The Jackson man facing federal drug trafficking and money laundering charges probably won’t go before a jury until 2021.
According to documents filed in the U.S. District Court of Wyoming, Bryan Jones, who originally was to have gone on trial last month, is now scheduled to be tried Jan. 19, more than a year after his arrest.
According to court files: “The court finds an ends-of-justice continuance is warranted in this case for two reasons: (1) the relative complexity of the matter requires more time for counsel to effectively prepare, and (2) the current coronavirus pandemic warrants a continuance because the court currently cannot safely assemble the participants for a jury trial.”
The trial has been set for nine days at the Federal Building in Casper.
A grand jury indicted Jones and three co-defendants in January for conspiracy to distribute and manufacture a metric ton of marijuana, and conspiracy to launder money.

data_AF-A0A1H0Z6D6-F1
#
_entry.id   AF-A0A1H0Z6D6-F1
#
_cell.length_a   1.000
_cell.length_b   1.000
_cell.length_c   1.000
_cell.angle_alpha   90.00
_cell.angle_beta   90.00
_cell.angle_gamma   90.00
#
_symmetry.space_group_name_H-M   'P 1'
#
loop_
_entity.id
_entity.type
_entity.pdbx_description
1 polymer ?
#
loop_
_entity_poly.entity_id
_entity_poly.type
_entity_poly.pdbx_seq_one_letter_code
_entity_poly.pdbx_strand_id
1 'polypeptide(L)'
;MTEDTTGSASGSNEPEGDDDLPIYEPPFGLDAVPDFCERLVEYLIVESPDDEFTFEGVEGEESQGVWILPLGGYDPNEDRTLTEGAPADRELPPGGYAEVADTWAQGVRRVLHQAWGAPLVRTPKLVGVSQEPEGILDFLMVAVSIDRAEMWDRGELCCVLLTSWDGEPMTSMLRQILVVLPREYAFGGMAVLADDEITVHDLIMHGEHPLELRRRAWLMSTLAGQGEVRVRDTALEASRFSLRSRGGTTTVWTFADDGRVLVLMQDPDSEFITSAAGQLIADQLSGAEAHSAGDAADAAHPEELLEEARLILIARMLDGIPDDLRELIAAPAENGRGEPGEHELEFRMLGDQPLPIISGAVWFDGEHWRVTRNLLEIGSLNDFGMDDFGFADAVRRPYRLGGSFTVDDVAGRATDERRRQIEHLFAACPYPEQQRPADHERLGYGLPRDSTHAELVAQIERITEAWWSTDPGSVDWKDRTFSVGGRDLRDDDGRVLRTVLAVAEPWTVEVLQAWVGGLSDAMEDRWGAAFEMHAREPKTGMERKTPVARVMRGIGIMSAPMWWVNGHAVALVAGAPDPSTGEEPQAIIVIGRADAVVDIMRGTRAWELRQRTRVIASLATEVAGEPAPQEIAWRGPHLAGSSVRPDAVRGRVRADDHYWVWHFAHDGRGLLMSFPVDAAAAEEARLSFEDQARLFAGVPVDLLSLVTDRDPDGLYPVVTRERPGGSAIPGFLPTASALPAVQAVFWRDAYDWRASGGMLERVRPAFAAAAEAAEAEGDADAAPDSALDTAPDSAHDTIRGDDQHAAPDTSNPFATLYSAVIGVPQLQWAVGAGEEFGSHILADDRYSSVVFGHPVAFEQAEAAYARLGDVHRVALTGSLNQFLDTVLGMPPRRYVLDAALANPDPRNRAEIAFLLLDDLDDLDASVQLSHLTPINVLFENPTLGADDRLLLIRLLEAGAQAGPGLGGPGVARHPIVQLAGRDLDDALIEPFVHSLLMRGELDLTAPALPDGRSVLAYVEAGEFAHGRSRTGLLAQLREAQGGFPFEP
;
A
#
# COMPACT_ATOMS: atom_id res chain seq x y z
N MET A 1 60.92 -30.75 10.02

Jones was arrested by the U.S. Drug Enforcement Administration near his Teton County home in December after a five-year investigation into what federal officials called a large drug trafficking organization.
In the order, U.S. District Court Judge Scott Skavdahl said a continuance is justified.
“There is an extensive amount of discovery here because the government has been investigating the matter for several years, including thousands of pages of records, recorded phone calls, hours of video surveillance, GPS tracker data from multiple vehicles, etc.,” Skavdahl wrote. “While the case has not been declared complex, the amount of discovery renders the case significantly more complicated and involved than the average criminal case, making it unreasonable to expect counsel to be ready for trial in the time limits required under the Speedy Trial Act.”
Weighing everyone’s rights, Skavdahl said, it could be unfair to rush the trial.
“Requiring the defendants to proceed to trial without adequate time to investigate the case and prepare the defense would result in a miscarriage of justice,” the order states.
Skavdahl said that because of the COVID-19 pandemic the court’s top priority “in this time of emergency is protecting the health and safety of the litigants, the public and the practicing bar.”
The judge said continuing the case “is necessary to protect all involved.”
Jones has pleaded not guilty to the charges.